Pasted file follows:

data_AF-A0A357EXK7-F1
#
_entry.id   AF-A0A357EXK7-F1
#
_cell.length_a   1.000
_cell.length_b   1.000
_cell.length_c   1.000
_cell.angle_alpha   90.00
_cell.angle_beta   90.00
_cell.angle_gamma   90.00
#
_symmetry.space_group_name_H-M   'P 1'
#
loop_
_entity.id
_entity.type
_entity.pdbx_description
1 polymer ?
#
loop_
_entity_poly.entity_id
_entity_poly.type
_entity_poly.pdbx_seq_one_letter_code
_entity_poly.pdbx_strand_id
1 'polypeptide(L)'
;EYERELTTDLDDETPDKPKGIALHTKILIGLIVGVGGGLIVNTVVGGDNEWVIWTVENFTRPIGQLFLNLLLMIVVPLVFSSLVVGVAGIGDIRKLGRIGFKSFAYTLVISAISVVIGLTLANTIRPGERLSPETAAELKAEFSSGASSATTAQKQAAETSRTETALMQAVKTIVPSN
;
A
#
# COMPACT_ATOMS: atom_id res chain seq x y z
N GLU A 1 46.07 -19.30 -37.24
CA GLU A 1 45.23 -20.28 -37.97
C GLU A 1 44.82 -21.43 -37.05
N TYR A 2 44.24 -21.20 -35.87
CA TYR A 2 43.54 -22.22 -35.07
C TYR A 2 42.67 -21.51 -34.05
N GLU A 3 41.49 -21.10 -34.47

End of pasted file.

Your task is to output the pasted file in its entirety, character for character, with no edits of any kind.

data_AF-A0A357EXK7-F1
#
_entry.id   AF-A0A357EXK7-F1
#
_cell.length_a   1.000
_cell.length_b   1.000
_cell.length_c   1.000
_cell.angle_alpha   90.00
_cell.angle_beta   90.00
_cell.angle_gamma   90.00
#
_symmetry.space_group_name_H-M   'P 1'
#
loop_
_entity.id
_entity.type
_entity.pdbx_description
1 polymer ?
#
loop_
_entity_poly.entity_id
_entity_poly.type
_entity_poly.pdbx_seq_one_letter_code
_entity_poly.pdbx_strand_id
1 'polypeptide(L)'
;EYERELTTDLDDETPDKPKGIALHTKILIGLIVGVGGGLIVNTVVGGDNEWVIWTVENFTRPIGQLFLNLLLMIVVPLVFSSLVVGVAGIGDIRKLGRIGFKSFAYTLVISAISVVIGLTLANTIRPGERLSPETAAELKAEFSSGASSATTAQKQAAETSRTETALMQAVKTIVPSN
;
A
#
# COMPACT_ATOMS: atom_id res chain seq x y z
N GLU A 1 46.07 -19.30 -37.24
CA GLU A 1 45.23 -20.28 -37.97
C GLU A 1 44.82 -21.43 -37.05
N TYR A 2 44.24 -21.20 -35.87
CA TYR A 2 43.54 -22.22 -35.07
C TYR A 2 42.67 -21.51 -34.05
N GLU A 3 41.49 -21.10 -34.47